A gem amongst jewels
Pakistan cricket has produced many great batsmen who have scored centuries when the chips were managed to see off lethal bowling spells in testing conditions and even managed to save matches for their country when it mattered the most.
‘Little Master’ Hanif Mohammad became the first true master batsman when he scored the first triple century in Test cricket for Pakistan against the West Indies in 1957-58. Zaheer Abbas, who scored runs at will, became the first Pakistani to score 100 first class centuries while Javed Miandad, who was the first Pakistani to score 20 or more centuries in Tests, remains the only player whose career batting average always remained above 50.
They all represented Pakistan with zeal and won many a match but even they couldn’t compare the talent of record-breaking sensation Mohammad Yousuf. Yousuf, who began his international career in 1998 as Yousuf Youhana, added one of the most prestigious record — most runs in a calendar year — to his cap when he scored 1,788 runs from January to December at an average of 99.33 and broke West Indian Sir Vivian Richards’s record of 1710 runs in a calendar year at 90, set 30 years ago in 1976. He also broke the world record of most centuries scored in a calendar year as he scored as many as nine in his 11 matches in 2006. Previously, Sri Lankan great Aravinda de Silva and West Indian legend Viv Richards jointly held the record of most centuries in a calendar year with seven centuries each.
Born on August 27, 1974 at Lahore to Christian parents as Yousuf Youhana, Yousuf was a stroke player from his early playing days and loved to collect runs more from running between the wickets than boundaries. His ability to remain calm and composed during crucial matches in Pakistan’s domestic cricket earned him his Test cap in 1998 when he was chosen to play against South Africa in Durban.
By donning the green Pakistani cap, he joined the elite list of non-Muslim cricketers Wallis Mathias, Duncan Sharpe, Antou D’ Souza and Anil Dalpat to play Test cricket for Pakistan but no one, not even Yousuf himself, would have thought what the future had in store for him. From 1998 to 2004, Yousuf continued to represent his country at the highest level piling up runs at will against all oppositions, be it the mighty Australians or minnows Bangladesh.
Since his debut, he has scored over 7,608 ODI runs in 228 matches at an average of 41.34 which is the third highest batting average among Pakistani batsmen after Zaheer Abbas (47.62) and Javed Miandad (41.70) and higher than the likes of Saeed Anwar (39.21) and Inzamam ul Haq (39.96). His 11 centuries in 228 matches are the second most by a Pakistani, after Saeed Anwar’s 20 in 247 matches. In Tests, his average is better than any other Pakistani, as his 6,402 Test runs came at an average of 56.65 whereas he shares the second place with Pakistan’s master batsman Javed Miandad. While Javed’s 23 centuries came in 123 matches, Yousuf managed his in just 73 matches, an amazing contrast!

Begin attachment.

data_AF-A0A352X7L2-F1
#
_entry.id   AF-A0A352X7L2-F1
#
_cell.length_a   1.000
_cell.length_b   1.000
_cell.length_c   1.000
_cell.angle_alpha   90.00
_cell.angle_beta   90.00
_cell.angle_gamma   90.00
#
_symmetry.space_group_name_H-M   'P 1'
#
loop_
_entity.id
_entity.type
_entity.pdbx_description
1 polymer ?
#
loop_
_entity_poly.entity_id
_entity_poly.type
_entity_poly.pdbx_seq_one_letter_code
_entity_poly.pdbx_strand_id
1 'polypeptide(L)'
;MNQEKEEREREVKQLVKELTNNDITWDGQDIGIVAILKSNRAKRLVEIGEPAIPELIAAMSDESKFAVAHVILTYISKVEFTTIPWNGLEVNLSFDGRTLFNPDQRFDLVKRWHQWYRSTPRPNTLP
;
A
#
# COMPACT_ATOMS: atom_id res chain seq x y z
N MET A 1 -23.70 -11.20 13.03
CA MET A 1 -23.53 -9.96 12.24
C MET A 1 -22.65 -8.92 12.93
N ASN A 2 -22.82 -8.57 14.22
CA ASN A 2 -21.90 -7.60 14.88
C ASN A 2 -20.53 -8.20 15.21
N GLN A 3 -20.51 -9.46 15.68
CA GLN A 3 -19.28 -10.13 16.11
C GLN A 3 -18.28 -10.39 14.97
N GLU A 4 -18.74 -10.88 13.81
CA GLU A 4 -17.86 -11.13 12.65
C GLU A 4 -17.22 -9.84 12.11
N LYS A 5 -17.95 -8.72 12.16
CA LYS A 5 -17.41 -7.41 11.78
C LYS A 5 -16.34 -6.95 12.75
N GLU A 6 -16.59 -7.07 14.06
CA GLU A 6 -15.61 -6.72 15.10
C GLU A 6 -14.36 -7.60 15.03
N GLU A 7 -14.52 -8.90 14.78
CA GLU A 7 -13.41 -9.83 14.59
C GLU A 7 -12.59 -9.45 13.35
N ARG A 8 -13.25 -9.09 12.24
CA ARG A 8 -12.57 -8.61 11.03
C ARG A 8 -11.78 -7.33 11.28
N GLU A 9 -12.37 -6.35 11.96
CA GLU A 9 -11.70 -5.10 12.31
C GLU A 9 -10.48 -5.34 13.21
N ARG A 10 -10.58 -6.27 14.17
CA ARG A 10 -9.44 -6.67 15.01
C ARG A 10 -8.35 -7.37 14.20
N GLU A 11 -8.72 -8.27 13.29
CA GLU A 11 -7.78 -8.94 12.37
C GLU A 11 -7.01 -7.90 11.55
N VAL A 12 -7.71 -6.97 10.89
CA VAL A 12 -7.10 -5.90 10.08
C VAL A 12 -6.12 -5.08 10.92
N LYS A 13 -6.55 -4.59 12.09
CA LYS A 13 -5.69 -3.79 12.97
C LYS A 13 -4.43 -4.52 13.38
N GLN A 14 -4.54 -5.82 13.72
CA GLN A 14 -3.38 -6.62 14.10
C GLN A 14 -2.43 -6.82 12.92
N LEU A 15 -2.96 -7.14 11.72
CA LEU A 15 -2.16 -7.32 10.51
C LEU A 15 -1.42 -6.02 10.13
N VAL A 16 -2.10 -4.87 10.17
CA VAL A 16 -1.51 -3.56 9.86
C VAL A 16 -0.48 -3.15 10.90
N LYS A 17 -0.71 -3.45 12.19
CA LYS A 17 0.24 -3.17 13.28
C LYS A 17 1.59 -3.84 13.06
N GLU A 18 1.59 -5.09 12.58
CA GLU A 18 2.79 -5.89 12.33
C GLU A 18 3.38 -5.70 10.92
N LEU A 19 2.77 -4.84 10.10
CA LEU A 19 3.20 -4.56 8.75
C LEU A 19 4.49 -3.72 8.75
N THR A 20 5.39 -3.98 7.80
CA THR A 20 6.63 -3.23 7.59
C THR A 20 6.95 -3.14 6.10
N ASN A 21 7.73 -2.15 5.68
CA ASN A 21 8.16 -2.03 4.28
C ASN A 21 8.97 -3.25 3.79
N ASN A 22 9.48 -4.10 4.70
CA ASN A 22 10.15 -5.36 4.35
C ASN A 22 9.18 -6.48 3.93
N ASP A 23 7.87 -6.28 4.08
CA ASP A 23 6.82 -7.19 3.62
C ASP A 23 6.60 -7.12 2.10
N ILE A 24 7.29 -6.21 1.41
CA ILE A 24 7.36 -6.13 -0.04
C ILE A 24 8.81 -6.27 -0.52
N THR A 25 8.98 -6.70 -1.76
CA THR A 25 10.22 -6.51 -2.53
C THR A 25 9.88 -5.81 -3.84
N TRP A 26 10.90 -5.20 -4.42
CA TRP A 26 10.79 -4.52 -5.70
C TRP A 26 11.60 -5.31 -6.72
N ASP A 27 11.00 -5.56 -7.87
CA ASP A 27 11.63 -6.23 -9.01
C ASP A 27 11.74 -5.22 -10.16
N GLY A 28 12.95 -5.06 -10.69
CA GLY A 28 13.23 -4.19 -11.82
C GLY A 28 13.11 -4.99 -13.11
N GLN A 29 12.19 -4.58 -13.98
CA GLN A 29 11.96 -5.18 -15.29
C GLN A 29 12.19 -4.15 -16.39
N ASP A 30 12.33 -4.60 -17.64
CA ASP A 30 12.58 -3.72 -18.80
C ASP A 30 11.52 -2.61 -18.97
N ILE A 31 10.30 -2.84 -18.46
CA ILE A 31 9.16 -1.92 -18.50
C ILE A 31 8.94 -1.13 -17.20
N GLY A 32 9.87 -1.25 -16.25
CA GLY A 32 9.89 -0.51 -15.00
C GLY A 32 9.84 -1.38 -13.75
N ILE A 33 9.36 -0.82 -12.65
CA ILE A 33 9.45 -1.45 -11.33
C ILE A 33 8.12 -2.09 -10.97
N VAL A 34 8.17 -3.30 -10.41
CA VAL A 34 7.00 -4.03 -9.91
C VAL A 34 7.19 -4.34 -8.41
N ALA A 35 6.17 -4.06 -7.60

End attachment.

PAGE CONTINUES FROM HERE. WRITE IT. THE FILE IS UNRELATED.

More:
He excels at both versions of the game and holds various record like the world record of scoring the most runs without being dismissed in ODIs as he scored 405 against Zimbabwe in Zimbabwe before the 2003 World Cup. His 27-ball fifty in Tests against South Africa during the same tour is the 3rd fastest by any player whereas he has also been an excellent fielder in both forms of cricket, taking 59 catches in 73 Test matches and 50 catches during his 228 ODIs.
At 32, Yousuf is the mainstay of Pakistan cricket, toppling the aging Inzamam ul Haq who has been the medulla spinalis for Pakistan in the last 10 years. Although his highest score in both forms of cricket — 141 not out in ODIs and 223 in Tests – may not seem outstanding, his 23 centuries and 26 half centuries in Tests and 11 centuries and 51 half centuries in ODIs is nothing short of remarkable.
On a personal front, Yousuf shocked the Christian community along with entire cricketing world when he converted to Islam in 2005. As part of his conversion, he officially changed his name from Yousuf Youhana to Mohammad Yousuf, something that was neither heard in cricket nor in any other sport.
As Mohammad Yousuf, he began from where Yousuf Youhana had left and ended the year 2006 on a high, setting the world record for the most Test runs by a batsman in a single calendar year. He also scored the most centuries in consecutive matches, bettering Sir Don Bradman’s record of six centuries in as many matches by scoring the same number of centuries in five matches — one less than the great ‘Don‘ of cricket!
The last two of his five consecutive centuries came in the Karachi Test played last month against the visiting West Indies where he became the fifth Pakistani after Hanif Mohammad, Javed Miandad, Wajahatullah Wasti, Yasir Hameed and Inzamam ul Haq to score 100 or more in both innings of the same match.
Yousuf has also shown signs of vulnerability but unlike others, he is suspect to bigger problems. While there are many players who get under pressure when in their 90s, Yousuf is the only one to be dismissed in the 190s, on as many as three occasions.
He missed double centuries on three occasions in the last two years, which proves his brilliance to score runs even after crossing the 100-mark. He has, so far, scored four double centuries in Tests, which is the second highest by any Pakistani, as Javed Miandad managed six!
If Yousuf continues to play the way he has managed to in the last 12 months, who knows Pakistan might even win the World Cup to be held in the Caribbean in April next year. It only takes ‘one man to make a difference’ and during the year 2006, Yousuf has clearly made that difference.